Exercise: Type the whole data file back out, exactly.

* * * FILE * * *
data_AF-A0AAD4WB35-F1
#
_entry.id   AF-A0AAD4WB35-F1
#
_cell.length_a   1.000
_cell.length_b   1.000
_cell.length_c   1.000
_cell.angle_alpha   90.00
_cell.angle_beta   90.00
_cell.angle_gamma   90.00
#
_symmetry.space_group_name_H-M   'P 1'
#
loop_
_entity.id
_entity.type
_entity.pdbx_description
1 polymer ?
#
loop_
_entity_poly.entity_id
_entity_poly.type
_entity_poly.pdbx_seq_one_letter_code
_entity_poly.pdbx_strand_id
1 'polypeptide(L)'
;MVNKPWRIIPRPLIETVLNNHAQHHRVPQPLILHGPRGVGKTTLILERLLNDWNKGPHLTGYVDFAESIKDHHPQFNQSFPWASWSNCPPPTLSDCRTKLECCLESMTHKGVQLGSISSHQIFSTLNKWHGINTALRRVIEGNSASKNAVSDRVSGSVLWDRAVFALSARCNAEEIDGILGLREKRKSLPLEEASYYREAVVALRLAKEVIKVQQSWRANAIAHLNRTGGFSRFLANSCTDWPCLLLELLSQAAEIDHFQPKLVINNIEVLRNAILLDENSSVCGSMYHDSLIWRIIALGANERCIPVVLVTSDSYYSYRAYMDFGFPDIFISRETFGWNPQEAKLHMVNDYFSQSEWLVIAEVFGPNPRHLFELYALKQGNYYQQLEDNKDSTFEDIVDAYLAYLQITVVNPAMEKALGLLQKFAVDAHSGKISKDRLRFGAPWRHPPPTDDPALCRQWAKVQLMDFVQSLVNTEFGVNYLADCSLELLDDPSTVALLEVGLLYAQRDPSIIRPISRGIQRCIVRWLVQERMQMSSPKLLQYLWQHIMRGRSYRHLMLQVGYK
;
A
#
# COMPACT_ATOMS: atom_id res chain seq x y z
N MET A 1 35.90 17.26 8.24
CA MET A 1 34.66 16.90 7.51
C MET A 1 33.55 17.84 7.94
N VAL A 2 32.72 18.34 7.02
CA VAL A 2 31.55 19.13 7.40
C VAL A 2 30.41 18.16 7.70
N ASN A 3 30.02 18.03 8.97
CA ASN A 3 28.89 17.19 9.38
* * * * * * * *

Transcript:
data_AF-A0AAD4WB35-F1
#
_entry.id   AF-A0AAD4WB35-F1
#
_cell.length_a   1.000
_cell.length_b   1.000
_cell.length_c   1.000
_cell.angle_alpha   90.00
_cell.angle_beta   90.00
_cell.angle_gamma   90.00
#
_symmetry.space_group_name_H-M   'P 1'
#
loop_
_entity.id
_entity.type
_entity.pdbx_description
1 polymer ?
#
loop_
_entity_poly.entity_id
_entity_poly.type
_entity_poly.pdbx_seq_one_letter_code
_entity_poly.pdbx_strand_id
1 'polypeptide(L)'
;MVNKPWRIIPRPLIETVLNNHAQHHRVPQPLILHGPRGVGKTTLILERLLNDWNKGPHLTGYVDFAESIKDHHPQFNQSFPWASWSNCPPPTLSDCRTKLECCLESMTHKGVQLGSISSHQIFSTLNKWHGINTALRRVIEGNSASKNAVSDRVSGSVLWDRAVFALSARCNAEEIDGILGLREKRKSLPLEEASYYREAVVALRLAKEVIKVQQSWRANAIAHLNRTGGFSRFLANSCTDWPCLLLELLSQAAEIDHFQPKLVINNIEVLRNAILLDENSSVCGSMYHDSLIWRIIALGANERCIPVVLVTSDSYYSYRAYMDFGFPDIFISRETFGWNPQEAKLHMVNDYFSQSEWLVIAEVFGPNPRHLFELYALKQGNYYQQLEDNKDSTFEDIVDAYLAYLQITVVNPAMEKALGLLQKFAVDAHSGKISKDRLRFGAPWRHPPPTDDPALCRQWAKVQLMDFVQSLVNTEFGVNYLADCSLELLDDPSTVALLEVGLLYAQRDPSIIRPISRGIQRCIVRWLVQERMQMSSPKLLQYLWQHIMRGRSYRHLMLQVGYK
;
A
#
# COMPACT_ATOMS: atom_id res chain seq x y z
N MET A 1 35.90 17.26 8.24
CA MET A 1 34.66 16.90 7.51
C MET A 1 33.55 17.84 7.94
N VAL A 2 32.72 18.34 7.02
CA VAL A 2 31.55 19.13 7.40
C VAL A 2 30.41 18.16 7.70
N ASN A 3 30.02 18.03 8.97
CA ASN A 3 28.89 17.19 9.38